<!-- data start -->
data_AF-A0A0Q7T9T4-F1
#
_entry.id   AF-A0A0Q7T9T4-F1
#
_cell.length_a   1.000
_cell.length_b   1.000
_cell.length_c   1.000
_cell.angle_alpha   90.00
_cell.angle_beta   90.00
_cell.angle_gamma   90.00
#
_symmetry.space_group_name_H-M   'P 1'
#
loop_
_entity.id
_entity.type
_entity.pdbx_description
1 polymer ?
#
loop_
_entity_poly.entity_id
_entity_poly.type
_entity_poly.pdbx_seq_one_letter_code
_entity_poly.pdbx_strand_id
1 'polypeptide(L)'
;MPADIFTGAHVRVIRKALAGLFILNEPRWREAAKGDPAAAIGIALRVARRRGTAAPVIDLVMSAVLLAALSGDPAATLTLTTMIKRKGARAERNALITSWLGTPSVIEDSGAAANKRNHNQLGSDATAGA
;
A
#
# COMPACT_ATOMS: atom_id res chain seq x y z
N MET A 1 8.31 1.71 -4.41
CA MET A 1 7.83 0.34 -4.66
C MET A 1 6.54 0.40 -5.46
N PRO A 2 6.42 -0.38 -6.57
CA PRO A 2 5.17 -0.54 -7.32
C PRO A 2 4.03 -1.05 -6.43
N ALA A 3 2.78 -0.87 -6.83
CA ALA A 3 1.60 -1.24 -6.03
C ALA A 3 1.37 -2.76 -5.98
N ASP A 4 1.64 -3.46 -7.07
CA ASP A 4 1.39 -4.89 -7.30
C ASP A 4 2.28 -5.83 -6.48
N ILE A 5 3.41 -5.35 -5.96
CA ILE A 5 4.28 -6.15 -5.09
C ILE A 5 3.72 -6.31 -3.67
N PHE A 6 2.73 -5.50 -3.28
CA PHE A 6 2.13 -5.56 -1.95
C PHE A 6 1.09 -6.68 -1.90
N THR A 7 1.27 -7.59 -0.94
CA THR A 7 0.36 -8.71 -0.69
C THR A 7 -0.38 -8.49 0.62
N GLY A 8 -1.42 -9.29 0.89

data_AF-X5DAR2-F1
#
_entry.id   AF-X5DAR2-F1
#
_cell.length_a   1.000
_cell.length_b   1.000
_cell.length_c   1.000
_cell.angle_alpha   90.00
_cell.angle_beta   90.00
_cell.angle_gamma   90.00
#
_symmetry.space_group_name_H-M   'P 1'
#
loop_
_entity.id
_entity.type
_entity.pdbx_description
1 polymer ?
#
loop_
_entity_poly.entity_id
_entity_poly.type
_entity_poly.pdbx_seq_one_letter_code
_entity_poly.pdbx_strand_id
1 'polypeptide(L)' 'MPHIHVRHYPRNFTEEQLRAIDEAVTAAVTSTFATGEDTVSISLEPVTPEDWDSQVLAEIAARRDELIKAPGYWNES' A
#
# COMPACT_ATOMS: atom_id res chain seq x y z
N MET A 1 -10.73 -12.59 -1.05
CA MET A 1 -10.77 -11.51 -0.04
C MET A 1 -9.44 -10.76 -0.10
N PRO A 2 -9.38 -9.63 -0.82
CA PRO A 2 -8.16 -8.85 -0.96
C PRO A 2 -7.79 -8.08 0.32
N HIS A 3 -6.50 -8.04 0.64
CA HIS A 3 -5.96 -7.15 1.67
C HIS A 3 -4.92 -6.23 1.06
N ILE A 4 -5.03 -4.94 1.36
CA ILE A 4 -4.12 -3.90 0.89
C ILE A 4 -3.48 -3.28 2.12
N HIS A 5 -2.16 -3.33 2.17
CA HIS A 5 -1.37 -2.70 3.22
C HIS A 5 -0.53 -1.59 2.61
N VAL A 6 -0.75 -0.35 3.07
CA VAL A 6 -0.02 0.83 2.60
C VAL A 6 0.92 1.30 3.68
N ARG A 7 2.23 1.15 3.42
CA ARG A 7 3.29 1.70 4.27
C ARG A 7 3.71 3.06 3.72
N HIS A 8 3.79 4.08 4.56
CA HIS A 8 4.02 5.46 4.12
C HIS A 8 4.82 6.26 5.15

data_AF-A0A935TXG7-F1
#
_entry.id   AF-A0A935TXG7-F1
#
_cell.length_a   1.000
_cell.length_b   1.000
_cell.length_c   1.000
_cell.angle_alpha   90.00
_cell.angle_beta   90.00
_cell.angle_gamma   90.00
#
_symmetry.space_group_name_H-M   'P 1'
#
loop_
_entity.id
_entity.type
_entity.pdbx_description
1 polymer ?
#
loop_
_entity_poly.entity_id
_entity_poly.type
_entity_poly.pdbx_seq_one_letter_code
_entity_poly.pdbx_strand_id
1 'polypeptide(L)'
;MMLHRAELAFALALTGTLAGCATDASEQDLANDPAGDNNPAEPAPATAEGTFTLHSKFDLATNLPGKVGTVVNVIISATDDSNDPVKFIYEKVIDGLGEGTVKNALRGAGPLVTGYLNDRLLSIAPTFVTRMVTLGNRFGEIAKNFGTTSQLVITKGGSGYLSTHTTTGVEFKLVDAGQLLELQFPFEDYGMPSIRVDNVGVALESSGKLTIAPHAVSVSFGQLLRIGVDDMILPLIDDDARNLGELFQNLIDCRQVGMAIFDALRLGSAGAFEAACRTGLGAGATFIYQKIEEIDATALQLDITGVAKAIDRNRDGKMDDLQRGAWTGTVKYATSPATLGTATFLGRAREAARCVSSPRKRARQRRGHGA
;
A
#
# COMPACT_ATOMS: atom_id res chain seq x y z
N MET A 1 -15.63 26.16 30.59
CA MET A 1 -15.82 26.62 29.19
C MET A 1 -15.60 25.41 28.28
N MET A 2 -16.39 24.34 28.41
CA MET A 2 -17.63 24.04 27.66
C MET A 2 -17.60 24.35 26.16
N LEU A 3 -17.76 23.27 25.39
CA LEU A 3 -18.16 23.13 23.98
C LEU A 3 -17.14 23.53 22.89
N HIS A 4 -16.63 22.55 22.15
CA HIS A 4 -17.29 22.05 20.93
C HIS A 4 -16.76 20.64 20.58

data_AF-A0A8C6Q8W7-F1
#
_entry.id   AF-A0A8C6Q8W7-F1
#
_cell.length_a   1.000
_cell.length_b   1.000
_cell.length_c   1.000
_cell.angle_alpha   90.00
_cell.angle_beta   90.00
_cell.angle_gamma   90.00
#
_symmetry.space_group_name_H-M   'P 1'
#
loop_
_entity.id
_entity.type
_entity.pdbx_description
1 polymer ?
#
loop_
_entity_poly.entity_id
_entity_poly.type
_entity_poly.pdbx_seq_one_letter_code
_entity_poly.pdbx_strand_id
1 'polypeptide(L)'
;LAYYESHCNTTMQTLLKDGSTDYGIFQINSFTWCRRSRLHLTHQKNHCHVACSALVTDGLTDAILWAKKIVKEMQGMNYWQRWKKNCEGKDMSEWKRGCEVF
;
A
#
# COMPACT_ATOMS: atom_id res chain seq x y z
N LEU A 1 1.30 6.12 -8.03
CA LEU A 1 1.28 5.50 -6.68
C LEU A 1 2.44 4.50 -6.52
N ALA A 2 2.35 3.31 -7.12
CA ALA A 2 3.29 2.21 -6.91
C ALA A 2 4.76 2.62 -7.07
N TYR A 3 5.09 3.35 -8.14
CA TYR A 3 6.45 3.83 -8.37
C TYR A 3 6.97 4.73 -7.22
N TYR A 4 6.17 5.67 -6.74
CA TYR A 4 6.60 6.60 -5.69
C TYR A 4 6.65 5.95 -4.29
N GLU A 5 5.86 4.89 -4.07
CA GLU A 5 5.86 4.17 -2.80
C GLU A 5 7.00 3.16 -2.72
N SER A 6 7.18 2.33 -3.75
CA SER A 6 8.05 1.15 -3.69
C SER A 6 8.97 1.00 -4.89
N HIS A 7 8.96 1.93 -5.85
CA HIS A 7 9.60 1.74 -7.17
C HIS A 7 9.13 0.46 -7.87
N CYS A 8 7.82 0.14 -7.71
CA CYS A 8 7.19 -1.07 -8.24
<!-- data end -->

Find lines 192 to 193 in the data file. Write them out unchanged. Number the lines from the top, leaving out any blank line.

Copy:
CA SER A 6 8.05 1.15 -3.69
C SER A 6 8.97 1.00 -4.89